Day 299: It’s A Mad Mad Madagascar

26.10.09:

Yesterday passed with the graceful ebb and flow of the waves, and I am slowly coming to appreciate the grandeur to life on the deep blue. I spent most of the day standing with the wind in my face, the sun on my skin and the spray of the brine on my lips.

Yeah, I could get used to this, but I seriously doubt that I’ll ever have the funds (or the desire) to buy a boat. It’s not just that I dislike the inherent queasiness and ever-present smell of petrol fumes on these damn things, it’s that, well… after a couple of days it gets, well, boring. The sea is the sea is the sea – it’s a trifle dull in all directions. But yesterday, we were cutting through the Indian Ocean and it felt great. It felt like I was finally – finally – getting somewhere.

We arrived early this morning off the coast of Madagascar. We had to wait for clearance to come into port, but (unlike other African countries) we only had to wait until the port opened, not for three weeks. It’s fair to say that I liked Madagascar from the start. It got even better when the port staff got onboard, sprayed the boat down with disinfectant (always a reassuring gesture) and stamped me into the country without a murmur of discontent over the fact my Madagascar visa was in my old passport, not my new one. No probs – they stamped them both.

Ahh – my one-hundred and twenty-third nation! Happy days, hello Madagascar, I hear you’re the only country in the world with four ‘a’s in your name – in your FACE, Bahamas, Australia and Panama – you SUCK.

Oh, hang on – Guatamala. Damn it.

The three usual steps (which are becoming a little routine now) when I enter a new country are ATM, SIM and Bus Station. Madagascar was no exception, and unlike Comoros, seemed positively grateful that I had a foreign bank card. Unfortunately, the bus was not the breeze that I was hoping it would be. The last one for the capital left at 8.30am, and by now it was 10am. Hurrumph.

The next one left at 5am and would race (no doubt) through the night; ah, the Golden Rule of Africa: never travel at night. But I had no choice.

I’m in Mahajanga on the West Coast. I need to get to Toamasina on the East Coast before 5pm tomorrow. This is because I need to go to Tropical Services Travel Agency and buy myself a ticket on the supremely-timed ocean liner for Reunion (and possibly Nation 124, Mauritius if somebody cancels) that is leaving on Wednesday. Now Madagascar is a big place – a bloody big place, and there are no motorways (good, it doesn’t need them), so to get across the country, I have to go first to the capital Antananarivo, which let’s face it (even the locals agree) is unpronounceable. That’s why they sensibly call it Tana instead.

But whether or not it’s pronounceable, if I stay here tonight and get the bus in the morning, I’d be getting to Tana around midnight tomorrow, which would mean that I would (in more ways than one) miss the boat. There won’t be another for two weeks.

So I cut my losses, headed to the nearest pub and spent the remainder of the day typing furiously trying to get all my blogs up to scratch (I think I’m now somewhat north of the 200,000 words mark – EPIC!) I grabbed a pizza for dinner and mused at how similar Mahajanga is to Liverpool in England – both major ports in the north-west of the country, both sit on the northern back of a huge river estuary and both smell faintly of boiled cabbage.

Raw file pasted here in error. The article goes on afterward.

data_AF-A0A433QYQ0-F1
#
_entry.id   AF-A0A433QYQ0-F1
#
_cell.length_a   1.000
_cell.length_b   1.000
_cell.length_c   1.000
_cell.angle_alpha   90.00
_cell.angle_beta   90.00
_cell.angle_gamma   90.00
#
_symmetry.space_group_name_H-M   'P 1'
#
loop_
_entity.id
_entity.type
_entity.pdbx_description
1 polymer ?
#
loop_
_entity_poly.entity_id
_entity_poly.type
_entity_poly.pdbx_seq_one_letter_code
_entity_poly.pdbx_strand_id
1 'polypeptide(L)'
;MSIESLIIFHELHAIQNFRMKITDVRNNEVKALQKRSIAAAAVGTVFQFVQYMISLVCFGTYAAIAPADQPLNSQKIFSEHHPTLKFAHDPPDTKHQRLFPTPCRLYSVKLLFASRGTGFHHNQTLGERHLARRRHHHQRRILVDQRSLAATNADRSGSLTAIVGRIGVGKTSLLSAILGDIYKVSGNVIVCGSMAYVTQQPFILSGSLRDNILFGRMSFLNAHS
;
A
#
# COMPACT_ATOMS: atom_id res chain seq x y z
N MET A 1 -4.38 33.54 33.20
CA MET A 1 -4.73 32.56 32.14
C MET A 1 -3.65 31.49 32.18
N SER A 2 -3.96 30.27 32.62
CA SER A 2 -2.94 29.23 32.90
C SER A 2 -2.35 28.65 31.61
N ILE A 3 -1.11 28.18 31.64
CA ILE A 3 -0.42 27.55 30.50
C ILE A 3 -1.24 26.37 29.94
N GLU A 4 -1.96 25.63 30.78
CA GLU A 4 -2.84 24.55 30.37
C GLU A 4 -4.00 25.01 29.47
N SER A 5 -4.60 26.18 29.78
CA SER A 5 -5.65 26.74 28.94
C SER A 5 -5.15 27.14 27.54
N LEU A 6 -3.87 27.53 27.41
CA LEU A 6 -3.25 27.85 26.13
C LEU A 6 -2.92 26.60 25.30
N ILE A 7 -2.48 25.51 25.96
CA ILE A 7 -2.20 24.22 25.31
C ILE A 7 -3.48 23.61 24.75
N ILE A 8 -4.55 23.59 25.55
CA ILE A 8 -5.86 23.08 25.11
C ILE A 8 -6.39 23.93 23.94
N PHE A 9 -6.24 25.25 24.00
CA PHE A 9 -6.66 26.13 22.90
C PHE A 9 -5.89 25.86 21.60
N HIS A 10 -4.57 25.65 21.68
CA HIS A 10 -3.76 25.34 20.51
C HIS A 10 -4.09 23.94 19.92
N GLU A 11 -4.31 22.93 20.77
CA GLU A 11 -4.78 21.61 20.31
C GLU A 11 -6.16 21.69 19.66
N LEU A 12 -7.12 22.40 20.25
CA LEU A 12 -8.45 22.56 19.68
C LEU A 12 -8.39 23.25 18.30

I’m writing this racing through the night in a minibus. I’m sitting behind the passenger seat. The road is new and the way ahead is vague. After Reunion, I may find myself stranded out on an island in the middle of the Indian Ocean, but look at it this way – I got my new passport on the fifth of October. I’ve managed to reach nine countries since then, and two of them have been islands… in just twenty days. Who know what tomorrow will bring, but today I ROCK!!

Graham Hughes

Graham Hughes is a British adventurer, presenter, filmmaker and author. He is the only person to have travelled to every country in the world without flying. From 2014 to 2017 he lived off-grid on a private island that he won in a game show, before returning to the UK to campaign for a better future for the generations to come.

This Post Has 0 Comments

  1. Chrismic

    Can this idea be plan B or am I wrong ?
    Seychelles has many Island , this one is close to Madagasgar, Maybe a fast boat in the evening and you step on the beach and take a photo and then leave again ?

    From Google earth :

    Aldabra Atoll
    Sist oppdatert av IsleTrips den Feb 9.
    Aldabra Atoll – Aldabra Island, or the Aldabra Atoll, is one of the Outer Islands of the Seychelles. Relatively unaffected by man, Aldabra Island is a UNESCO World Heritage Site, and it is known first and foremost for its resident population of giant tortoises. Aldabra Seychelles is some 265 miles northwest of Madagascar, and the main Seychelles island of Mahe is some 700 miles off, making for a bit of extra work if you are trying to get here. Unlike the few Seychelles Outer Islands that offer tourist accommodations and facilities, Aldabra Island is primarily reserved for scientists and the island’s ranger and staff. You can visit for a stint, but you’ll have to first get the proper go-ahead from the Seychelles Island Foundation, which is based in the capital city of Victoria

  2. Dino

    Hughes. My office. You always were a terrible speller!

  3. Brendan

    Actually it’s “Guatemala” – note the “e” – so you were right the first time.

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